Wednesday, August 20, 2008

Olympic Taekwondo Men's 59kg Women's 48kg Qualifiers

Olympic Taekwondo Women’s 49kg and Men’s 58kg- An Outsider’s Perspective

Beijing, China—In an age of full-contact fighting and mixed martial arts, Olympic Taekwondo is proving to be hardly a pushover sport.

In the Women’s 49 Kilogram weight class of the 2008 Beijing Olympics, Charlotte Craig of the USA went toe-to-toe against Venezuela’s Dalia Contreras Rivero. They came out throwing right-leg roundhouse kicks in the blink of an eye. Venezuela landed a high kick like something out of Soul Calibur 4 that almost took Craig’s nose off. She then went for another roundhouse, missed, and turned it into a spinning back kick. When do you see cool stuff like this in MMA? One last roundhouse by Venezuela won her the match over Craig by a score of 3-2.

The second match saw Buttree Puedpong of Thailand fighting Thi Ngoc Truc Tran of Viet Nam. Thai’s are famous for their kicking prowess, and Thailand certainly brought it with a stinging exchange of low kicks that threw a point on the board for the country that kicks tires. She then threw a high snap kick that I thought landed in Viet Nam’s throat! The first round ended with me rubbing my collar bone.

Third round, Thailand came out with a flying side kick that narrowly missed. I remember in Muay Thai we used to call that kick the “Almighty Boot.” The match went onto sudden death and Viet Nam came out with what sure looked like a flying knee to me. This is TKD and not some other more famous kicking martial art involving knees and elbows right? A last roundhouse by Thailand won the match.

In the Men’s 58kg class, Mexico’s Guillermo Perez faced Afghanistan’s Rouhulla Nikpai as chants of “MEHICO! MEHICO!” echoed from the stands. Perez hardly came out like a Mexican Jumping Bean while Nikpai squatted down into a modified horse stance, defending. Suddenly, both fighters leapt at the same time and threw one-two kicks at each other like one-two punches in mid-air. As Nikpai leapt in the air, Perez shot out a roundhouse while Nikpai was still airborne, sending him flailing to the mat like some blow-up pool toy. Third round, Nikpai’s high kick landed on Perez’s head while he was still touching him! Can you say flexible? Nikpai then threw a stop kick that landed right on Perez’s hip, sending him to the mat with a charlie-horse. When Perez came back, he came back with a vengeance, kicking Nikpai literally out of the air, catching his high kick with his hand and kicking him off his feet again. One more right leg roundhouse by Perez and it was all over. Victory was handed to an unlikely contender, Mexico.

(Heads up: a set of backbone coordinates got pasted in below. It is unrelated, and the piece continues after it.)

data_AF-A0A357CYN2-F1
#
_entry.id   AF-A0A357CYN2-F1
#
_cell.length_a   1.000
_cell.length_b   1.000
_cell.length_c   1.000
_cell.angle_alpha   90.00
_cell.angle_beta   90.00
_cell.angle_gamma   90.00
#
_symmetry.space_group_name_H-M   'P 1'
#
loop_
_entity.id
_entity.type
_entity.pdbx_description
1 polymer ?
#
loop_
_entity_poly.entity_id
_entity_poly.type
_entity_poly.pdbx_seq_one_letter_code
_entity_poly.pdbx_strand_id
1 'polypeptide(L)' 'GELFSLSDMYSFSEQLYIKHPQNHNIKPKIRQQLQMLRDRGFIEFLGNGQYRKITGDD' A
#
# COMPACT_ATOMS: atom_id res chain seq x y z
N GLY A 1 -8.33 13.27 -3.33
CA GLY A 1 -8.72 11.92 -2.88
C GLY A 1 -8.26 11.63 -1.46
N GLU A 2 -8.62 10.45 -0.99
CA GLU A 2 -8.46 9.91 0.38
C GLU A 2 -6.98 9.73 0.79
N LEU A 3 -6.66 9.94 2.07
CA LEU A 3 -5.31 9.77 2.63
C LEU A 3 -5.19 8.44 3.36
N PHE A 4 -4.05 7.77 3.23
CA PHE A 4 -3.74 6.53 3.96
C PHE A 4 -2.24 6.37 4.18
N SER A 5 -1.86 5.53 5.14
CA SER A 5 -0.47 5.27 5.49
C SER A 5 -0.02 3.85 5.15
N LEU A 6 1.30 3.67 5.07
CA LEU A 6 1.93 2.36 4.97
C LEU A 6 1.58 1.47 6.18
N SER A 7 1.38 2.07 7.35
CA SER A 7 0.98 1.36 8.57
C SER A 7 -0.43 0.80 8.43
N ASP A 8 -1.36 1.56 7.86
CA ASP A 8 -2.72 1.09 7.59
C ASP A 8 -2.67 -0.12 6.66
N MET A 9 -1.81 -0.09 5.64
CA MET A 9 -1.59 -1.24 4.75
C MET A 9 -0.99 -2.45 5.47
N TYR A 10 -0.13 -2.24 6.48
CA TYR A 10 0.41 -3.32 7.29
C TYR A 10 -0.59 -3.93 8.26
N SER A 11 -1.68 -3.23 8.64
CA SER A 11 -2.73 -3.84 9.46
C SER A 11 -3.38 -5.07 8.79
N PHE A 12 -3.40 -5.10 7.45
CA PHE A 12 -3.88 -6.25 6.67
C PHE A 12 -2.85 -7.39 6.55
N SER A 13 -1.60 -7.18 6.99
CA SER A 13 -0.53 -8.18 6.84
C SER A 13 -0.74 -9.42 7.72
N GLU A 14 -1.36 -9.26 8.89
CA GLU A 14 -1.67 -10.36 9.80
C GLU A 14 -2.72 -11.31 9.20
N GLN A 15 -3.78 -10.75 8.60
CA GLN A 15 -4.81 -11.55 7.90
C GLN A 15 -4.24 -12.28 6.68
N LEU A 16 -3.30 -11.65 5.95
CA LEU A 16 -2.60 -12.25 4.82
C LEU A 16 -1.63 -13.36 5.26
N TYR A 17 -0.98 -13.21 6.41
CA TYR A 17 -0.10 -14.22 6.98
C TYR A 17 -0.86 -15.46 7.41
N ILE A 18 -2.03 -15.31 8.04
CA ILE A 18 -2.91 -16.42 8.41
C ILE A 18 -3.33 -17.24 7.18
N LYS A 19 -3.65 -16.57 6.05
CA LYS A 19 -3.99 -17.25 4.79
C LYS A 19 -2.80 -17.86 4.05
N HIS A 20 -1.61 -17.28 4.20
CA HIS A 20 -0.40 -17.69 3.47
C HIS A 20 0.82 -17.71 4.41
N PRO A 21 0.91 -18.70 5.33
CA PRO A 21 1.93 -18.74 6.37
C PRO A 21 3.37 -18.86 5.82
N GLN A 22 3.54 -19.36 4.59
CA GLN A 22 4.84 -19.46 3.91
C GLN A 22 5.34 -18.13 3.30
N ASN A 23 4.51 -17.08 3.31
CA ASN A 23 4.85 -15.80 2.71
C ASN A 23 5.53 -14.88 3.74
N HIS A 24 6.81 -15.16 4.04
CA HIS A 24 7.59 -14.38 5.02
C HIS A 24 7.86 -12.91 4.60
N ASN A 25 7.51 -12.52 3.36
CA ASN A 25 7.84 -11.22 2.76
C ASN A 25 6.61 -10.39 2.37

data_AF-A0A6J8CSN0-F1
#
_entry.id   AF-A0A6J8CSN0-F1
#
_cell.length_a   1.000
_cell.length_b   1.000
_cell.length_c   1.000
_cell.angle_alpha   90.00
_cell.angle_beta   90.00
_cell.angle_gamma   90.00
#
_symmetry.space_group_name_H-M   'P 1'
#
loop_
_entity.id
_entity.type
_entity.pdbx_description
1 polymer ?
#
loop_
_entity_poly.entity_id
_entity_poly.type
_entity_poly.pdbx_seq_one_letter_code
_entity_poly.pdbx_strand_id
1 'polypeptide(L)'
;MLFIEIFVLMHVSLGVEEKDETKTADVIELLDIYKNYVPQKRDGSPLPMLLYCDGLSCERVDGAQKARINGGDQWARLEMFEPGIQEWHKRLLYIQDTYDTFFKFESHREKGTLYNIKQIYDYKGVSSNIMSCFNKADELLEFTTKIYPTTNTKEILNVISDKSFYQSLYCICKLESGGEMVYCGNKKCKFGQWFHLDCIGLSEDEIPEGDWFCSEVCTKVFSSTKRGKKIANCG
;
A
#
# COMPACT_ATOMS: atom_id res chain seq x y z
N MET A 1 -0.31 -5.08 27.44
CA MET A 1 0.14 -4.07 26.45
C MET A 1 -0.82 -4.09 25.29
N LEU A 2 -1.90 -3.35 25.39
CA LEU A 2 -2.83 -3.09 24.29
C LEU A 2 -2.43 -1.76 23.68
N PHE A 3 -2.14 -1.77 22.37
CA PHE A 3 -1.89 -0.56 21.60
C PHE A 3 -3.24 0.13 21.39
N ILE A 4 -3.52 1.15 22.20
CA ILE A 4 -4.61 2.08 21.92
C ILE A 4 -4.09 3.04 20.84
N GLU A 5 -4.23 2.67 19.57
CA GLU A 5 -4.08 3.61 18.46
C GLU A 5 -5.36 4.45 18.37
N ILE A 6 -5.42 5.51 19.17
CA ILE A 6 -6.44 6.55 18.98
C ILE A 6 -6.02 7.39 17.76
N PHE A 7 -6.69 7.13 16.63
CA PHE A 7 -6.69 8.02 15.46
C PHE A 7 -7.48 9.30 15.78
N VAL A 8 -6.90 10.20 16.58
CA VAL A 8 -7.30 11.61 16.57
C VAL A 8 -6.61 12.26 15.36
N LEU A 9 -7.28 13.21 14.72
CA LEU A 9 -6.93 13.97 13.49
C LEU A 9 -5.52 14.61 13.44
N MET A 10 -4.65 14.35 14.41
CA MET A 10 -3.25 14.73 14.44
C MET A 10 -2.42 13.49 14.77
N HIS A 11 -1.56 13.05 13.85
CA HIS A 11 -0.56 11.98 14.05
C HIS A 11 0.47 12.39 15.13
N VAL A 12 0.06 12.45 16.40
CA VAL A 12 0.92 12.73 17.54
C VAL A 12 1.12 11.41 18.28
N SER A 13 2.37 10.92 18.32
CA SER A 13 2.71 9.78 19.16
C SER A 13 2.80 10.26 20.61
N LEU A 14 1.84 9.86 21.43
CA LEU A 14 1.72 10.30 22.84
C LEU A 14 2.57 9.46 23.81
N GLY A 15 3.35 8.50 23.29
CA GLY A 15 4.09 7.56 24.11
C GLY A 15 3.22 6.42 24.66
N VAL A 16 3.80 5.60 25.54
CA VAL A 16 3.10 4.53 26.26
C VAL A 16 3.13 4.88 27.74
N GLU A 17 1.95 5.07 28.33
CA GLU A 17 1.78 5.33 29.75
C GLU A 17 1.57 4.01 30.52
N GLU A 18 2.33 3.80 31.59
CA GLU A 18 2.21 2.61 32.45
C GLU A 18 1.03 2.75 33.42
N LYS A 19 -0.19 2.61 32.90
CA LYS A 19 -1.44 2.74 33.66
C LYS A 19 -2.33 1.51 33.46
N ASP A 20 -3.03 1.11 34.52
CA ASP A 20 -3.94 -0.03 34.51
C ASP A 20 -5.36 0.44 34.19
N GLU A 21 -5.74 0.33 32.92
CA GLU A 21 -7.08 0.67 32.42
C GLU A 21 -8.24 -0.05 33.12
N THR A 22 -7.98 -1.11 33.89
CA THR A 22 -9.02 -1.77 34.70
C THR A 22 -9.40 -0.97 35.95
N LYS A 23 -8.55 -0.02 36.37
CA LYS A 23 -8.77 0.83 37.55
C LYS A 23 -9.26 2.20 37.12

Generation O (O for Octagon) is indeed a new breed of athlete and fighter, but fighters and athletes from other disciplines like Olympic Taekwondo have proven that they are worthy of respect as elite athletes. Olympic Judo has made the switch to the full-contact arena, I am confident that Olympic Taekwondo can and has to a certain degree. Brazilian Jiu Jitsu is currently trying to make the switch backwards to sanction itself as an Olympic sport, but I’m sure that scenario would turn out something like Olympic Softball, we all know which country would take home all the medals.

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